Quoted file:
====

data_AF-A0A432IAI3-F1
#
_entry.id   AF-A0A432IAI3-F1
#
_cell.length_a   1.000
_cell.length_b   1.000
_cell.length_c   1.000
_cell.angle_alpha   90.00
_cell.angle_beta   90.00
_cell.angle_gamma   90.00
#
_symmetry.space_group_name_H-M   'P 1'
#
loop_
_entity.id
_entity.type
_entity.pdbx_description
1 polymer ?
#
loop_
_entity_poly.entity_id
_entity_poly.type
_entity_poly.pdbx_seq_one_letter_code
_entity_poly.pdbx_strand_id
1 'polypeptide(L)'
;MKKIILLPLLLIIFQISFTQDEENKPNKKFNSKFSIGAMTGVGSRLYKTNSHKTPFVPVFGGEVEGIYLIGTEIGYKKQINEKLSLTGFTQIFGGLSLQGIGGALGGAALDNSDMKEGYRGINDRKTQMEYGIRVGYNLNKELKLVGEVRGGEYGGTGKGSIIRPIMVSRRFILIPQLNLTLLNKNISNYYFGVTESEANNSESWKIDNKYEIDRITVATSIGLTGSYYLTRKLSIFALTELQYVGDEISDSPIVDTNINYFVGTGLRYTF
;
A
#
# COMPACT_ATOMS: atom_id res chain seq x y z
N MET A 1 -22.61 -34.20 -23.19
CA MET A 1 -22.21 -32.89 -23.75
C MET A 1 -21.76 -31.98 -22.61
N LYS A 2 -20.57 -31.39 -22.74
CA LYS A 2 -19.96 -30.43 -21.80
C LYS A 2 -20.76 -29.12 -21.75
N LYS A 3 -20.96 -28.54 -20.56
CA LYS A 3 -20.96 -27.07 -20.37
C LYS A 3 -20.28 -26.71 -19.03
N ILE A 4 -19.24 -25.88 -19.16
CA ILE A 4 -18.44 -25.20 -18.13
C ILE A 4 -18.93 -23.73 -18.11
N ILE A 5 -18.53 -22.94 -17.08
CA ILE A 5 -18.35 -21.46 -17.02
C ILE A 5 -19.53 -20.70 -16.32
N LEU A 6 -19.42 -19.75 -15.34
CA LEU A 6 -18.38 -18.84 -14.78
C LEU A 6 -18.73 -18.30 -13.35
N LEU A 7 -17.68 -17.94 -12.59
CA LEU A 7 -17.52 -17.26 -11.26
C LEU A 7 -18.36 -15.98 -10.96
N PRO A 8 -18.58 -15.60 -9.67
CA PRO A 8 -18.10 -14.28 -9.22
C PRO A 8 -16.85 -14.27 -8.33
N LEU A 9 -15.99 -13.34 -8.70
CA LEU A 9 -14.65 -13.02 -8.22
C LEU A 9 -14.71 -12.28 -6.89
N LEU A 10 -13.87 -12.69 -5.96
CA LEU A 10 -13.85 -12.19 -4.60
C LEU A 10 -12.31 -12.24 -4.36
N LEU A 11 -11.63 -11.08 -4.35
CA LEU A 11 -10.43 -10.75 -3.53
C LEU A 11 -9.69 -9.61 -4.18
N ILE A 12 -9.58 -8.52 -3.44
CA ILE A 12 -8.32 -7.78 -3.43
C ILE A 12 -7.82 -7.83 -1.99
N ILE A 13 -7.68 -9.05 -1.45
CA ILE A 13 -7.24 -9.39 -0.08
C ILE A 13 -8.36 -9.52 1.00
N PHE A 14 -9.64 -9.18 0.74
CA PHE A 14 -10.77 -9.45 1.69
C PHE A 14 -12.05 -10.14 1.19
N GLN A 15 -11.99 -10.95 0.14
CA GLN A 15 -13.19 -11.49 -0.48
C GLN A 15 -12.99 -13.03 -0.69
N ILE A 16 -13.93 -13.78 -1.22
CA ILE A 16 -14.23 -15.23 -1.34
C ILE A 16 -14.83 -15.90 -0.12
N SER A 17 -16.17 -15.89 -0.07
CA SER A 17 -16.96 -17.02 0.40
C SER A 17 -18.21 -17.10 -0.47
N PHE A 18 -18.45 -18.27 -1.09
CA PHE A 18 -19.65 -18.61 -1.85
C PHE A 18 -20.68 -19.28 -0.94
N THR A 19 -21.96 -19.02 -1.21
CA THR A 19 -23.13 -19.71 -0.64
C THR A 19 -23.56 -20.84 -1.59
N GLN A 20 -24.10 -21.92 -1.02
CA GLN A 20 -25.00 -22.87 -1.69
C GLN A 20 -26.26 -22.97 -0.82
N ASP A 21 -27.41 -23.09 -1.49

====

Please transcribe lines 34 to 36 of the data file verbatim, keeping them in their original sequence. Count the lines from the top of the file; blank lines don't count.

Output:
N LYS A 2 -20.57 -31.39 -22.74
CA LYS A 2 -19.96 -30.43 -21.80
C LYS A 2 -20.76 -29.12 -21.75